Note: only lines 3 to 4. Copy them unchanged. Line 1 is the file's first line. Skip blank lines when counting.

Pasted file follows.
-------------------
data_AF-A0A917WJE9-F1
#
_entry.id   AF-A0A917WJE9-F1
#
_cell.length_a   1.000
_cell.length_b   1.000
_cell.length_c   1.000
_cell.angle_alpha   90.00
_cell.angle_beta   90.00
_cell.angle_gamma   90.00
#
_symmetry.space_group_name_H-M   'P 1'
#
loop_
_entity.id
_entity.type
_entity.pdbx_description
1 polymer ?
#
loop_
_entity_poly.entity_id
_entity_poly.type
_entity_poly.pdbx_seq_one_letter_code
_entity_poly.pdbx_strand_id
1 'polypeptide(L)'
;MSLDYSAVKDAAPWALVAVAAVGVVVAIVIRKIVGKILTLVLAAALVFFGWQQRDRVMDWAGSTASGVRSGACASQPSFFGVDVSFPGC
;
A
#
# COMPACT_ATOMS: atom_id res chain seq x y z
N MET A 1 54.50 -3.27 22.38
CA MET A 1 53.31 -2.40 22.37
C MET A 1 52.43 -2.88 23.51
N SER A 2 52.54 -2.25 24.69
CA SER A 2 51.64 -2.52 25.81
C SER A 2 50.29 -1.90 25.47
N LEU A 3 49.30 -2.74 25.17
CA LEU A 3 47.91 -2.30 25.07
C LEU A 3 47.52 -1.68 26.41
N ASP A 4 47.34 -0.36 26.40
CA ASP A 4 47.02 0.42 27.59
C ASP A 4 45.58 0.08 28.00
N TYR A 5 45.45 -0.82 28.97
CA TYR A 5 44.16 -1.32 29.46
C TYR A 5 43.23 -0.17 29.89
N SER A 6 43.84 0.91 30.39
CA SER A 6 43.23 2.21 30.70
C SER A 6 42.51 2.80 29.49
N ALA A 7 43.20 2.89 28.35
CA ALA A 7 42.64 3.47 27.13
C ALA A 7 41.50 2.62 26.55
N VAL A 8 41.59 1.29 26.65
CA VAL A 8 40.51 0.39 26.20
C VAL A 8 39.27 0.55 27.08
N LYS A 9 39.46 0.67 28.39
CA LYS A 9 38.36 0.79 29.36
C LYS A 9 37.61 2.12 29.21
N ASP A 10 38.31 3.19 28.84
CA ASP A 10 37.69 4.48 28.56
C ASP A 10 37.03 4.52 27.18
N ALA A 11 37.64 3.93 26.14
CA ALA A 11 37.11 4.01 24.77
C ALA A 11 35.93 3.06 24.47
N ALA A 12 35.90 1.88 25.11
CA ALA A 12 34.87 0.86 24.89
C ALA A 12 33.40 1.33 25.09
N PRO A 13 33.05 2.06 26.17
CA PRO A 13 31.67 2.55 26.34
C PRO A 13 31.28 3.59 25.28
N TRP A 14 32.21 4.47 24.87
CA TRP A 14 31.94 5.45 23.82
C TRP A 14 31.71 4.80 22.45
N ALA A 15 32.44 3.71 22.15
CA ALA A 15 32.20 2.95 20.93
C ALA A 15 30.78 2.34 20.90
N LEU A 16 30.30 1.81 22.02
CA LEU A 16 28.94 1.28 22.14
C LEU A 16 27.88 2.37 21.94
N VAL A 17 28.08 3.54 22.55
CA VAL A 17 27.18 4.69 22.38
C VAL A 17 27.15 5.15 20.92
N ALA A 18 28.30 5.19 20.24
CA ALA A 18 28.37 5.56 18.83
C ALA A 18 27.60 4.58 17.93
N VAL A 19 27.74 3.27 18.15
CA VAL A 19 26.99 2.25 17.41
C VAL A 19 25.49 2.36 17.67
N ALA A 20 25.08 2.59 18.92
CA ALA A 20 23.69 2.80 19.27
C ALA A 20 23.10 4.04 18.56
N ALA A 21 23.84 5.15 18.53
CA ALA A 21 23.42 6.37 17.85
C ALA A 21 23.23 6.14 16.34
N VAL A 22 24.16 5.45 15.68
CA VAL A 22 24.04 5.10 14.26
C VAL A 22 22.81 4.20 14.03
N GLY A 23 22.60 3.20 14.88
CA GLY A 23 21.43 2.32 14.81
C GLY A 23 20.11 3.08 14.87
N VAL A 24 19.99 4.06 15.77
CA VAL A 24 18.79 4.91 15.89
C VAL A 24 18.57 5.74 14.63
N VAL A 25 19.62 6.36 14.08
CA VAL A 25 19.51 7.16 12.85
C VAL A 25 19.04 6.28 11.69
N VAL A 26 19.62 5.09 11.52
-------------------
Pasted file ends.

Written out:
_entry.id   AF-A0A917WJE9-F1
#